Sunday, May 10, 2015

2015 Japan Cherry Blossom Trip 16: The Great Buddha of Nara, Todai-ji Temple

After feeding the deer, we continued our trip to Todai-ji Temple.

The street in front of Nandaimon (South Main Gate) of Todai-ji Temple. It's so crowded today.

"Todai-ji, the head temple of Kegon school"

Yoshiki River in front of Nandaimon

Other than tourists, the deer was still the most on this road. Droppings of deer were everywhere, so you would step on it if you were not careful. However, cleaners were here to sweep the droppings to the roadside.

Nandaimon of Todai-ji

Site of Tonan-in of Todai-ji

Tonan-in (South-East Temple) of Todai-ji was built by Shobo, a renowned monk of the school of practising Shingon sect and Sanron sect, in 875. It was named as Tonan-in because this sub-temple was located at the south-east side of Todai-ji.

This sub-temple became emperor's Gosho, or Imperial palace since the reign of Emperor Shirakawa (1073 - 1087). Therefore, it was also known as Nanto Gosho, or Imperial Palace at Southern Capital in Japanese. During early modern day, it served as Anzai-sho (Residential Palace) of Emperor Meiji (1868 - 1912). It was then renamed as Honbo of Todai-ji in 1875 Todai-ji Reform.

Kagami-ike (Mirror Lake)

Chu-mon (Middle Gate)

Daibutsu-den or Kon-do (Great Buddha Hall or Golden Hall)

Banners on Chu-mon

Tokairo (East Corridor)
Front side of Daibutsu-den

Todai-ji is the head temple of Kegon school. It is built in the reign of Emperor Shomu of Nara Era. It served as the central administrative temple for more than 60 provincial temples nationwide at that time.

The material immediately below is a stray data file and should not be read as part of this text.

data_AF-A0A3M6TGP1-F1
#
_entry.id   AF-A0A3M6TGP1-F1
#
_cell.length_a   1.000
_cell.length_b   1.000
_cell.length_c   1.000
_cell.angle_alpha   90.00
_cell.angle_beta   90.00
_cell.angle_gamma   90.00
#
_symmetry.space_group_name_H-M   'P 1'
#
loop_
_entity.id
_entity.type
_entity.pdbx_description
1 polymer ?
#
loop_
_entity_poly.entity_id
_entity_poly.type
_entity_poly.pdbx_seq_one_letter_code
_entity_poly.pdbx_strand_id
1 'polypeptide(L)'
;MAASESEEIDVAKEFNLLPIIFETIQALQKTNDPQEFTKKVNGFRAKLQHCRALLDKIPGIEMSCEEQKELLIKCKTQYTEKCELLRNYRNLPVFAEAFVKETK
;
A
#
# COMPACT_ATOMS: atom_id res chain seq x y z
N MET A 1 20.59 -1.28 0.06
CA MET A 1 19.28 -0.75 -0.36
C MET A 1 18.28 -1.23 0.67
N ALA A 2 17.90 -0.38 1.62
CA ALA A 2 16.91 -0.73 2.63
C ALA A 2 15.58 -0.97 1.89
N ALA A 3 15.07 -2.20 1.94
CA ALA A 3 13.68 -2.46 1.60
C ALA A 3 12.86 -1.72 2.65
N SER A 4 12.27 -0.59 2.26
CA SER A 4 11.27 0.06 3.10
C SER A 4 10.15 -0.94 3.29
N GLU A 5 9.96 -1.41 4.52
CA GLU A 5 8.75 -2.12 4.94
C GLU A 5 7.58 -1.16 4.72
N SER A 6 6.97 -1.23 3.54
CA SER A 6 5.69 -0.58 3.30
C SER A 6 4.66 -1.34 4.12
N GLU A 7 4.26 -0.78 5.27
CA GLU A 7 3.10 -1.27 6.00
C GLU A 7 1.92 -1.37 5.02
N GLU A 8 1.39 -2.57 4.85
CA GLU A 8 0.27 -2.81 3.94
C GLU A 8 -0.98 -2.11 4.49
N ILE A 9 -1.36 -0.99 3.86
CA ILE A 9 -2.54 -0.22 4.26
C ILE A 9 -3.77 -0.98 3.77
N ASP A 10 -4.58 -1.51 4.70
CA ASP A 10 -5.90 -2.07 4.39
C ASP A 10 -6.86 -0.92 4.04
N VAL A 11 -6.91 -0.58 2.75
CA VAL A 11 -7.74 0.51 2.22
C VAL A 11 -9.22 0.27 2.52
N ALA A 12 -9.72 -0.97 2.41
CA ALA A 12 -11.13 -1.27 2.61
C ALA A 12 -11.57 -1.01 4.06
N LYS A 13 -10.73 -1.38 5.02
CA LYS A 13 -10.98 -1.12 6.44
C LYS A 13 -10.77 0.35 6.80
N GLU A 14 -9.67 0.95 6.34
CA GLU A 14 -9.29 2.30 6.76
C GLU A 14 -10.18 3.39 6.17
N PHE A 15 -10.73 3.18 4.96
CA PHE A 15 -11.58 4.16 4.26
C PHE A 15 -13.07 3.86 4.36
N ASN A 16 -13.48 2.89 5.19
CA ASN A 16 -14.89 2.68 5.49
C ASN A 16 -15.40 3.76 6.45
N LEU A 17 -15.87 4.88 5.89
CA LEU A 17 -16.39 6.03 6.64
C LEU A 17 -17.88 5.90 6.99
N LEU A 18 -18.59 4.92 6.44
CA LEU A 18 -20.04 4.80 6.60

Daibutsu-den (Kon-do) was burned down twice due to wars in ancient times. The current building was rebuilt in the early 18th century, which belongs to Edo period. The 14.7-meter bronze statue of Buddha, which is also known as Birushana-butsu (Vairocana), in Daibutsu-den is National Treasure of Japan currently.

Birushana-butsu (Vairocana), or simply as Daibutsu (the Great Buddha)

Kokuzo Bosatsu (Akasagarbha Bodhisattva)

Komoku-ten (Virupaksa, one of the Four Heavenly Kings)

Backside of the Great Buddha Statue

Tamono-ten (Vaisravana, one of the Four Heavenly Kings)

The pillar beside Tamon-ten statue, where there is a hole allowed people to climb through the pillar. The size of the hole is said to be the same size as one of the Daibutsu's nostrils and those who climbed through it will be blessed with enlightenment in their next life.

Nyoirin Kannon (Right)

View from Daibutsu-den, facing towards Chu-mon. Octagonal Lantern Tower (National Treasure) is at the center.

Tamukeyama Shrine. It's located at the east of Todai-ji, which is also a good place to see momiji (Japanese maple) in autumn.

Asoka Pillar (Three Lions Statue at left) and Sourin (the golden tower at right).

Asoka Pillar is a commemoration pillar built for Hanamatsuri Sensohoyo (花まつり千僧法要, a Buddhism ceremony held during Flower Festival) in April 1988. It was modeled on the top part of the Asuka Pillar at Sarnath, India, one of the four sacred sites of Buddhism.

On the other hand, Sourin is the vertical shaft which tops the Nanajyu-to (Seven-storied pagoda) of Todai-ji. It was exhibited in 1970 Osaka Expo.

Sakura trees at the east of Daibutsu-den

We went back to Nara station after visit Todai-ji. Later we headed to Osaka Castle. On the way of walking back, small shrines could be seen everywhere.

Hyoshi-jinjya (拍子神社), the last shrine of Kaisuga-taisha (春日大社)


Osaka Castle, the battlefield between Toyotomi and Tokugawa

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